June 9, 2014 -- In an exclusive interview with ABC’s Diane Sawyer, Hillary Clinton took issue with the startling allegation in former Defense Secretary Robert Gates’ memoir that Clinton’s opposition to the 2007 Iraq troop surge was borne of politics.
In Gates’ memoir, “Duty,” released in January, he wrote that he once overheard Clinton telling President Obama that her opposition to the 2007 surge had been “political because she was facing him in the Iowa primary.” In his book Gates writes that Obama conceded that his opposition to the surge was politically motivated too.
“To hear the two of them making these admissions, and in front of me, was as surprising as it was dismaying,” Gates wrote.
When asked about this observation, Clinton told Sawyer, “I think he perhaps either missed the context or the meaning because I did oppose the surge.”
“The public had given up,” Clinton said. “This is not politics in electoral, political terms. This is politics in the sense of the American public has to support commitments like this. I opposed the surge.”
When pressed about whether Gates “got it wrong” and if she did indeed say this in front of him, Clinton said she had “no memory” of the conversation.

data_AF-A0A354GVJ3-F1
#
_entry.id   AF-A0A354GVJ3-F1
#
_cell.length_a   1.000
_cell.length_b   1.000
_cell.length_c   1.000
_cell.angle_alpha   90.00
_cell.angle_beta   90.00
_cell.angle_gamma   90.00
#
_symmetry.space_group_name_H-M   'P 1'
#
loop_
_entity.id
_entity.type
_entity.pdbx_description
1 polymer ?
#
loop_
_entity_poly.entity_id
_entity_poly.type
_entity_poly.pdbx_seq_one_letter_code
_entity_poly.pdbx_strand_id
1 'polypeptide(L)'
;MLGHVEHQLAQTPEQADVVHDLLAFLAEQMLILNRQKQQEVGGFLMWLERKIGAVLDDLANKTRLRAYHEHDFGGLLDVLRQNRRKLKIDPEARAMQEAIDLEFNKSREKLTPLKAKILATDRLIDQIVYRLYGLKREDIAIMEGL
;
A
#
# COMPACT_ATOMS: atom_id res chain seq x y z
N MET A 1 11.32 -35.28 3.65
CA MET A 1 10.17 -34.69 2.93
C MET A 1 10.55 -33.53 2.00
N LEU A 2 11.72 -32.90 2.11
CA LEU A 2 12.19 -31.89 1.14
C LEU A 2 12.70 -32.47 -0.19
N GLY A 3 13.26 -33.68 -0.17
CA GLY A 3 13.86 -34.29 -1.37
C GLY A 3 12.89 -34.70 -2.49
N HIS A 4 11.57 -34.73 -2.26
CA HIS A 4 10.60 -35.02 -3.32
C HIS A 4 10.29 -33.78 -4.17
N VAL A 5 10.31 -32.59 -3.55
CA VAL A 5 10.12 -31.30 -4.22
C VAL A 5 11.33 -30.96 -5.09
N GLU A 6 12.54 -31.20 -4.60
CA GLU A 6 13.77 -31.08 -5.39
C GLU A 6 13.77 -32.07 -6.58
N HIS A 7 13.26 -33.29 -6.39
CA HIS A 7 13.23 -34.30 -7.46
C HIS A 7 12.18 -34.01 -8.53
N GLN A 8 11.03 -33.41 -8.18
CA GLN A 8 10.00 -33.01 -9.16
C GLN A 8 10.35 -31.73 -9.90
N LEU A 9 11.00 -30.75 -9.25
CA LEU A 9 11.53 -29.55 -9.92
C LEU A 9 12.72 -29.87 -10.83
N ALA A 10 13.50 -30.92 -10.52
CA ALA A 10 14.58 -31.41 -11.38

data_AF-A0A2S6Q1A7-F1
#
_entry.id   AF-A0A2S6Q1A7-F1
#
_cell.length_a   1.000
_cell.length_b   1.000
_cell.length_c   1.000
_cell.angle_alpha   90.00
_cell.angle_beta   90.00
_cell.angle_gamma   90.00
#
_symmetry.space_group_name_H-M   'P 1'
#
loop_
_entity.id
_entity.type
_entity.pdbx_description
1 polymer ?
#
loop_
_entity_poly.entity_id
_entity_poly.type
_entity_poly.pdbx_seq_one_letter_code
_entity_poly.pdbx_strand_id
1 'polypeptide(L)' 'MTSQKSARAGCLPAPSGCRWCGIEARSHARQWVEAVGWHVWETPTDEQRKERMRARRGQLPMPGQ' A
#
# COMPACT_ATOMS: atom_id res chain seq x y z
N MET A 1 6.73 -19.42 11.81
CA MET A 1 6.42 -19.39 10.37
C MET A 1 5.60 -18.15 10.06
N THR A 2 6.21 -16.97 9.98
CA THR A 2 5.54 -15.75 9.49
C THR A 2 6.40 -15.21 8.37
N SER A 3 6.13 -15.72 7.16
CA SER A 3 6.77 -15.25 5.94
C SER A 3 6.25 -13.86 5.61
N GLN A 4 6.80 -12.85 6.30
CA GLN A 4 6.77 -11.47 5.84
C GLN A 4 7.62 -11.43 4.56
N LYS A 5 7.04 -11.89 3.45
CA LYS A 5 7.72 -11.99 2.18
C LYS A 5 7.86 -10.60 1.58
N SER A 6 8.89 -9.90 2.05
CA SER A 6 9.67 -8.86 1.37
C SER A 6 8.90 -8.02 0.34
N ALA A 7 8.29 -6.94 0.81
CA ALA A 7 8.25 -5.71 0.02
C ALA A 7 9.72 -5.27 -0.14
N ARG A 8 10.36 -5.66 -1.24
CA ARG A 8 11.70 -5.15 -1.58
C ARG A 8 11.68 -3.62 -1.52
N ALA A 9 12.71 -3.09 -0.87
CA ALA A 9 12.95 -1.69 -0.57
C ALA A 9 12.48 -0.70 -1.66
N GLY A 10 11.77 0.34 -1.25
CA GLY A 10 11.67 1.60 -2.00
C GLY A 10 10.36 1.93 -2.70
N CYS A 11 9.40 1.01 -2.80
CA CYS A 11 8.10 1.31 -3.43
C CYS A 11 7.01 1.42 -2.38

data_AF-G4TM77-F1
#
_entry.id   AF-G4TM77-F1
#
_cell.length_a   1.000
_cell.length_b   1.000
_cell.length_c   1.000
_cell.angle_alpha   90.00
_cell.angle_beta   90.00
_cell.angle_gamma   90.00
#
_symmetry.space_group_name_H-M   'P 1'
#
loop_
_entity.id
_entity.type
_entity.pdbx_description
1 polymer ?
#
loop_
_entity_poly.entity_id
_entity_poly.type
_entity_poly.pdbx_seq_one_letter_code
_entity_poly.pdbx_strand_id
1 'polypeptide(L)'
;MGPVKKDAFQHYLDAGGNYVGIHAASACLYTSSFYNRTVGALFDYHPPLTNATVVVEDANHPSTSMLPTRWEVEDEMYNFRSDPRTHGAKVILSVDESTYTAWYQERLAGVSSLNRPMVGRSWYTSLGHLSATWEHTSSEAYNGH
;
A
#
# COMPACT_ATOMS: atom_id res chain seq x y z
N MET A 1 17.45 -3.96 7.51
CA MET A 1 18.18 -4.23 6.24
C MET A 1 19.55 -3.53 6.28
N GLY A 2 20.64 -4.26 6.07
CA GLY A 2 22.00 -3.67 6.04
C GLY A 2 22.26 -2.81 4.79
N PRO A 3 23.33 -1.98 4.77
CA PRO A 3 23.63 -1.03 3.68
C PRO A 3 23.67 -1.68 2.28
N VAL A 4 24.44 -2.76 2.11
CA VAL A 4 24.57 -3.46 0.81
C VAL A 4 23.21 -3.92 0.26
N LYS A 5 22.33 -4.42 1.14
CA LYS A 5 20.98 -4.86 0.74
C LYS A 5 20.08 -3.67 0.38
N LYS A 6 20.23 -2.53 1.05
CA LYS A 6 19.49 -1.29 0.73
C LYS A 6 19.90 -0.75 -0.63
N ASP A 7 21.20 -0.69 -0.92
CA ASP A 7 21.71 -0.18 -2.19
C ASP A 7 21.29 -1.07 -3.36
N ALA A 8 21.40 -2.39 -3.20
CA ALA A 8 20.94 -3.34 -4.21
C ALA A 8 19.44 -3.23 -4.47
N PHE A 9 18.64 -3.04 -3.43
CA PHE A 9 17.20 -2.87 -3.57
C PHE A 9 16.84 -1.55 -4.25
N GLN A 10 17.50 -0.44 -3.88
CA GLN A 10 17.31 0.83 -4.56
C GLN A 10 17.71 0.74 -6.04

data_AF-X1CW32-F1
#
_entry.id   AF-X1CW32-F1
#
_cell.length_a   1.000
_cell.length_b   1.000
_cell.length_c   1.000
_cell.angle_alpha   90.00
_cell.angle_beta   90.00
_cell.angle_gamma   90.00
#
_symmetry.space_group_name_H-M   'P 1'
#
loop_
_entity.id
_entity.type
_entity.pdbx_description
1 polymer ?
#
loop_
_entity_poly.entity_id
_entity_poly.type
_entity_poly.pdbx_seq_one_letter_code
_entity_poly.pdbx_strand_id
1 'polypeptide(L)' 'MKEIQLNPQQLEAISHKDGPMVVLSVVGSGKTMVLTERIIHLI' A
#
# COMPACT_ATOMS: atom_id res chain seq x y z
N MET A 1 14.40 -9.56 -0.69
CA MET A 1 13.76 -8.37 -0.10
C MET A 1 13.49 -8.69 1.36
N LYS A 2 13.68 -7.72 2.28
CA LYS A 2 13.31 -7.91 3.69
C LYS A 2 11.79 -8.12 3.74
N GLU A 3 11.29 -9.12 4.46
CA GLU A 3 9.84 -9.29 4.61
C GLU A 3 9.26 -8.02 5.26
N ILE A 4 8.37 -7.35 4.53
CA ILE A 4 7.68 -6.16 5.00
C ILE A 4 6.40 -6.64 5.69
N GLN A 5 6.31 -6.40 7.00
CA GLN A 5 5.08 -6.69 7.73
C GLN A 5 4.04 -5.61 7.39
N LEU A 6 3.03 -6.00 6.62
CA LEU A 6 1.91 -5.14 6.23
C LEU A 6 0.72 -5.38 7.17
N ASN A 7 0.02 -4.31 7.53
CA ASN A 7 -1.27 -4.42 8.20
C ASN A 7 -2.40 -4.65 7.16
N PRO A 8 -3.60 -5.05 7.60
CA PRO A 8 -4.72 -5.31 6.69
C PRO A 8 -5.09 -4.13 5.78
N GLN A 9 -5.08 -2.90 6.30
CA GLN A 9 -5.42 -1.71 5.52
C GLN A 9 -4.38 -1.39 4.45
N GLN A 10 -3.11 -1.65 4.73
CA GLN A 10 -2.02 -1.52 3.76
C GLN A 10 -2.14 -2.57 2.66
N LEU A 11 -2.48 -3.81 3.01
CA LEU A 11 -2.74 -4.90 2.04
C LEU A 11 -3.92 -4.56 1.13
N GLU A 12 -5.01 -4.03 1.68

“I don't in any way doubt what he heard,” she said. “I'm just saying that there was a much broader context than that.”
Clinton offered some kind words for Gates, calling him “someone I admire and really appreciated serving with.”
During the 2008 Democratic primary, Clinton was asked several times about her 2002 vote to authorize the war in Iraq and whether it was a mistake.
In the interview and in her new memoir, “Hard Choices,” which comes out on Tuesday, Clinton says she “absolutely” regrets that vote and apologizes for it, adding “I think I should have said sooner and more plainly, more clearly I was wrong.”
“I based my confidence, my vote in the wrong place, and I deeply regret that,” Clinton told Sawyer. “I tried to evaluate and analyze all the different elements. I voted to give the president the authorization. I thought he would use it differently, nevertheless I did cast that vote.”